China spring historic surprise with gold medals at Tromso Olympiad
The Guardian, Friday 15 August 2014 11.17 EDT
China’s gold medals at the 174-nation Tromso Olympiad were a historic moment. Its team halved with the top seeds Russia and Ukraine but beat their other main rivals in an emphatic triumph. Yu Yangyi, 20, was their individual star. His 9.5 points total was the highest of any Olympiad player, he won the third board gold medal and he advanced his world rating to the elite 2700 level.
The national game is xiangqi (Chinese chess) and Beijing began to foster the global version only in the 1970s. Now China, already with the individual world women’s champion in Hou Yifan and the men’s Olympiad gold, is sure to step up its quest to find a challenger to the world champion, Magnus Carlsen.
Scores in tiebreak order were China 19/22, Hungary 17, India 17, Russia 17, Azerbaijan 17. The United States finished 14th and England 28th.
This column forecast a Chinese success on 17 July, since the country now has five GMs (the number for an Olympiad team) with 2700+ elite ratings in the world top 40. In the event, only two of this quintet played in Tromso as Beijing’s selectors preferred two lower-ranked junior talents.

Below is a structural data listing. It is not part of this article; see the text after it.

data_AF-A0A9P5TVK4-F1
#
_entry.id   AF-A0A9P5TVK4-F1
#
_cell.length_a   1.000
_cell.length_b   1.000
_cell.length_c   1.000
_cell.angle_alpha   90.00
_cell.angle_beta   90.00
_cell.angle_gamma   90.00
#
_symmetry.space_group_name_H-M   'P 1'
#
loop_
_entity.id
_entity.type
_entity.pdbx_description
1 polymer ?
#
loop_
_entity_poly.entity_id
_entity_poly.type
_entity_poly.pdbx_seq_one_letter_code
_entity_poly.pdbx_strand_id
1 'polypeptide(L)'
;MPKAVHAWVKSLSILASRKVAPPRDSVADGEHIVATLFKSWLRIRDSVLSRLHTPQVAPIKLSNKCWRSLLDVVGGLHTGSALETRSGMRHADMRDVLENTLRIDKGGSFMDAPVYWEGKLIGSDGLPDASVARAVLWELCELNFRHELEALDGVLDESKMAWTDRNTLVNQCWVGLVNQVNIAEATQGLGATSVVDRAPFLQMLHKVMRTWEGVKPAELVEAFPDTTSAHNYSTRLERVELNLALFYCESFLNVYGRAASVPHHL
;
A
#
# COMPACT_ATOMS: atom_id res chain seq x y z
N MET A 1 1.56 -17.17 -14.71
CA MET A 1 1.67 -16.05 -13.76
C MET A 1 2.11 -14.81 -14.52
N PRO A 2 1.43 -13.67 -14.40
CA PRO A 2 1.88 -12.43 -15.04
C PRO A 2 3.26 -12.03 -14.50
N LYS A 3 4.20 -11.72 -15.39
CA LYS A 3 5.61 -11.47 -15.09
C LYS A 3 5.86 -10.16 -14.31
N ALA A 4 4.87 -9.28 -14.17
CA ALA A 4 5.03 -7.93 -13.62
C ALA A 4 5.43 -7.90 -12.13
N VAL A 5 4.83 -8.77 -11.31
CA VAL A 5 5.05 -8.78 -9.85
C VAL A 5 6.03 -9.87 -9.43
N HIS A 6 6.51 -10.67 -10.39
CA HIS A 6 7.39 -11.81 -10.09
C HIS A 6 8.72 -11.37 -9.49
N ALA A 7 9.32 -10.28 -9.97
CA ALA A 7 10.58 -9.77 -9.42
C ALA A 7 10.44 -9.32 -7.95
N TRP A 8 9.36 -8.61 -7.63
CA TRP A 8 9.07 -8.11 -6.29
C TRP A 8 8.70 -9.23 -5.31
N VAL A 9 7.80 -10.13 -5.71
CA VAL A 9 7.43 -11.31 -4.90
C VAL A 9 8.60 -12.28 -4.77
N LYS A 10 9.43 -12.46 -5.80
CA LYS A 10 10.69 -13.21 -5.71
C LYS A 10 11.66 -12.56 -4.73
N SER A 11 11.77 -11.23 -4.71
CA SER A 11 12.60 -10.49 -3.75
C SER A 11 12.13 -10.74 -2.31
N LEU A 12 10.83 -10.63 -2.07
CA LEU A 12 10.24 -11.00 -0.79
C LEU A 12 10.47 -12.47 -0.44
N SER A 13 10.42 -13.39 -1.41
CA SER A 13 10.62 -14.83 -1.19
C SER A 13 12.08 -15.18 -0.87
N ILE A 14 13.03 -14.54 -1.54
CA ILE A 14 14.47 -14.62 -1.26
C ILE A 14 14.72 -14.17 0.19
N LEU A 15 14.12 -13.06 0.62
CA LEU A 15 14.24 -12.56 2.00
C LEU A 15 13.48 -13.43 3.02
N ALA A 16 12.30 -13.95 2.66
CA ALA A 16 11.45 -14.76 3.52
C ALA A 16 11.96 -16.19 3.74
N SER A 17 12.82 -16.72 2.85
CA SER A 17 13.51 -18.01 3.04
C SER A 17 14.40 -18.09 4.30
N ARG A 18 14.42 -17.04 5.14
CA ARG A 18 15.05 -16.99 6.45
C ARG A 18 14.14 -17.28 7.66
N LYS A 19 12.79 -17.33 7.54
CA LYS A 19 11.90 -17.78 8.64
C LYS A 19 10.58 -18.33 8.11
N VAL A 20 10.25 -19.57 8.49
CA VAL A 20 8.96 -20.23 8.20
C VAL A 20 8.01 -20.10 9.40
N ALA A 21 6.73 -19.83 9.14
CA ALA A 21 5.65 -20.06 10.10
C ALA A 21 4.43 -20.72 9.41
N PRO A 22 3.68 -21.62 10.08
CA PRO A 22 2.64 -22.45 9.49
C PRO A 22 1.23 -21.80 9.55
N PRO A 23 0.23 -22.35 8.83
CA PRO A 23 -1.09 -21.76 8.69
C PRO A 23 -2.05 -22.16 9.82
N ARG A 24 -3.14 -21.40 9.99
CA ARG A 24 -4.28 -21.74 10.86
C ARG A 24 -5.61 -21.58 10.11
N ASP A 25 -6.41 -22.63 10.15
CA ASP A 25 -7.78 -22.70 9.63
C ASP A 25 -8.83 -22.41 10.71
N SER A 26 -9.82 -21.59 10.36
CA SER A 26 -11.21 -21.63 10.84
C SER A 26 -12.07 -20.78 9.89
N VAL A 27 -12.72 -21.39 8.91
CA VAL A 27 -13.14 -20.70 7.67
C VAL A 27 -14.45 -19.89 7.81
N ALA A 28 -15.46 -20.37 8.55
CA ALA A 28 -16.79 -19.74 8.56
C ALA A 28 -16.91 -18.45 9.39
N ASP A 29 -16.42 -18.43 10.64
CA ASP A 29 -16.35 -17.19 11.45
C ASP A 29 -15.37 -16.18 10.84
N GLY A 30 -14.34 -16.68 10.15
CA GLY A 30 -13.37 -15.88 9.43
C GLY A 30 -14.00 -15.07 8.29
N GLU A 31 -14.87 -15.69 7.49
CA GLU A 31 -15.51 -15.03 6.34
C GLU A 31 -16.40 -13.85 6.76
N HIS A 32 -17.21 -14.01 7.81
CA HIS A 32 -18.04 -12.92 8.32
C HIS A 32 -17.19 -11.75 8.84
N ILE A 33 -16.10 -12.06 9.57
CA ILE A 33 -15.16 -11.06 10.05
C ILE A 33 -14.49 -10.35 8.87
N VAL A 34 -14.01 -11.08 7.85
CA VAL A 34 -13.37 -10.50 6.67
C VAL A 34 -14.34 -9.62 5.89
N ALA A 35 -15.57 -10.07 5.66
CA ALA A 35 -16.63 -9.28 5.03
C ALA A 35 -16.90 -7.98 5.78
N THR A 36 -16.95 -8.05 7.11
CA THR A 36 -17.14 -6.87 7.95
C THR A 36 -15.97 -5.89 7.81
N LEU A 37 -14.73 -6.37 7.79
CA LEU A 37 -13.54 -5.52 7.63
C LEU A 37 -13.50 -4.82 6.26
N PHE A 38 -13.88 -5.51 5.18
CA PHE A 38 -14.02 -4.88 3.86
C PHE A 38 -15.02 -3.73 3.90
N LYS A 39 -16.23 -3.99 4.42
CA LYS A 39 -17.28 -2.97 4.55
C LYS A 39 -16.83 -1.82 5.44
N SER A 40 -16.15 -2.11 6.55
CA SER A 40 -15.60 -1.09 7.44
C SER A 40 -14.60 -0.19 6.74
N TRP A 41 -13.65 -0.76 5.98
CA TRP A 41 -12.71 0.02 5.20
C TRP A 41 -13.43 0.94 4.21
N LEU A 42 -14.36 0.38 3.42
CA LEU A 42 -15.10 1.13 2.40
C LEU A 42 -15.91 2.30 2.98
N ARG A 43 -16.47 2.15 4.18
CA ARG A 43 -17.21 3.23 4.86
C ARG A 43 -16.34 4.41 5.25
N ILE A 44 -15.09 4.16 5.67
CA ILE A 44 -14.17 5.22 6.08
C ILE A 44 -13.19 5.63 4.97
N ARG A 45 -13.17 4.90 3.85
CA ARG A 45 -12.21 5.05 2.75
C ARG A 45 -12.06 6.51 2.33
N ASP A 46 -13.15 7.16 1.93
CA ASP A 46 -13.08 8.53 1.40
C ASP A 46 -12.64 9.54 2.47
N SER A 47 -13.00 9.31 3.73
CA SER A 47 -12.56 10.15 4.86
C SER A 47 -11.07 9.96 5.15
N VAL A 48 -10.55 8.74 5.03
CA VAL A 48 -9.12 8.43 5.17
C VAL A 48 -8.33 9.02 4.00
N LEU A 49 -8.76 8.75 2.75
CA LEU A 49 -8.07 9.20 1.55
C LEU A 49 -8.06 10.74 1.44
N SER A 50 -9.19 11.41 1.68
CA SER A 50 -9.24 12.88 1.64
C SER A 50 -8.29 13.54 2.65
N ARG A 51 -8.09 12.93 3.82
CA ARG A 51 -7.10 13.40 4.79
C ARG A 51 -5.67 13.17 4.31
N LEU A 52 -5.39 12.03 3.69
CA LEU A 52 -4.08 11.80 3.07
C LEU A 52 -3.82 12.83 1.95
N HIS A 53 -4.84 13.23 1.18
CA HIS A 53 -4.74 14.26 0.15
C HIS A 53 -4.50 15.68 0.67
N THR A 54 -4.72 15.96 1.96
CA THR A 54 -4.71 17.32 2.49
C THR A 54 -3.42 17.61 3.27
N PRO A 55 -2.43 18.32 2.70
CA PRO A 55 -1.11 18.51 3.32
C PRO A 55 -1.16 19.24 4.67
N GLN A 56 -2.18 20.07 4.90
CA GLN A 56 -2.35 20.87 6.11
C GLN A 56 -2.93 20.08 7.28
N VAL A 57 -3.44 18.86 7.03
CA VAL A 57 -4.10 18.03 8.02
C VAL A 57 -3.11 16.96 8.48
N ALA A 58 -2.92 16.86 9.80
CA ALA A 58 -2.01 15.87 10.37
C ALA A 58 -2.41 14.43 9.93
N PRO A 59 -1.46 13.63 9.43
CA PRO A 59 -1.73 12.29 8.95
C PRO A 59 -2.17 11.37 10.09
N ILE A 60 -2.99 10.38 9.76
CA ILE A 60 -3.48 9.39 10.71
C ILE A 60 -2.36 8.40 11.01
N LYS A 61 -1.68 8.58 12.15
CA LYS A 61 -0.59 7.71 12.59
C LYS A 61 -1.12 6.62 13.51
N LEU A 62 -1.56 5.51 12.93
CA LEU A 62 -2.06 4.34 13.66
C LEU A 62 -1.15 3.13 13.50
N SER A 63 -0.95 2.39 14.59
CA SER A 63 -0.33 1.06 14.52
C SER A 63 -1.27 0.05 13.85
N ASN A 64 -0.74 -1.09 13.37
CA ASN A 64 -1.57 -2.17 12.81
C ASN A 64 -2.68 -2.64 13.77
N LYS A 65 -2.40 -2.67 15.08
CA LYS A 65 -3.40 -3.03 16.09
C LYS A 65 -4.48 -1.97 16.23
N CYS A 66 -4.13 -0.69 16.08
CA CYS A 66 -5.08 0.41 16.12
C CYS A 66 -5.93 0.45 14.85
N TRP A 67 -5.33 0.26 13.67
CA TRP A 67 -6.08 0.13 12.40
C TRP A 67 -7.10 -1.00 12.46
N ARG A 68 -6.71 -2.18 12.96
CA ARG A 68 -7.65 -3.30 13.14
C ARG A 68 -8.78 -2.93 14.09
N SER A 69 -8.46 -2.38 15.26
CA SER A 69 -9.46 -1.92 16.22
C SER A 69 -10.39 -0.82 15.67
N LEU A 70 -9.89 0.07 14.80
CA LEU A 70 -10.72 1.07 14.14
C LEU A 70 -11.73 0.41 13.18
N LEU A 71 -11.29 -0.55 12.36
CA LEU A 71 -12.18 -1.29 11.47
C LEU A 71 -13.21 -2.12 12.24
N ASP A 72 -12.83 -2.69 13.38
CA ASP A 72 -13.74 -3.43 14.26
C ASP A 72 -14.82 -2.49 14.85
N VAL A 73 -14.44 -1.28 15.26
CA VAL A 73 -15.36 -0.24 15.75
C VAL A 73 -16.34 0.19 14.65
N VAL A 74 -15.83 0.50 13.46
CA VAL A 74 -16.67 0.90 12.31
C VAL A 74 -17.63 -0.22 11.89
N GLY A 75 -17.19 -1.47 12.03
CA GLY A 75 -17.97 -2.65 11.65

Their bold decision proved spot on. Putting hungry young stars on the lower boards is a proven Olympiad formula used by the US gold medallists in the 1930s and by the USSR in the 1950s. Yu Yangyi and Wei Yi, 15, scored several crucial wins in key matches.
In contrast, the once all-conquering Russians had a dreadful time in Tromso as their form crisis of the last few years deepened further. Top board and ex-world champion Vlad Kramnik made several blunders, and Russia’s other world top-20 GMs also shipped vital points. They rallied in the last few rounds but were denied the bronze medals by India’s late surge. India’s was a splendid performance for a team seeded only 19th and playing without ex-world champion Vishy Anand.
England had a mixed result. Michael Adams was in fine form and won the top board silver medal with 6.5/9, behind Bulgaria’s Veselin Topalov but ahead of Carlsen. David Howell (7.5/10) and Matthew Sadler (7/10) were strong on the bottom boards.
The downside for England was that Gawain Jones (4.5/10) had a rare offkey event, while Nigel Short scored only 1.5/5. Short will be 50 next year and spent much energy as an aide and spokesman for Garry Kasparov’s ill-fated campaign for Fide president.
More here: http://www.theguardian.com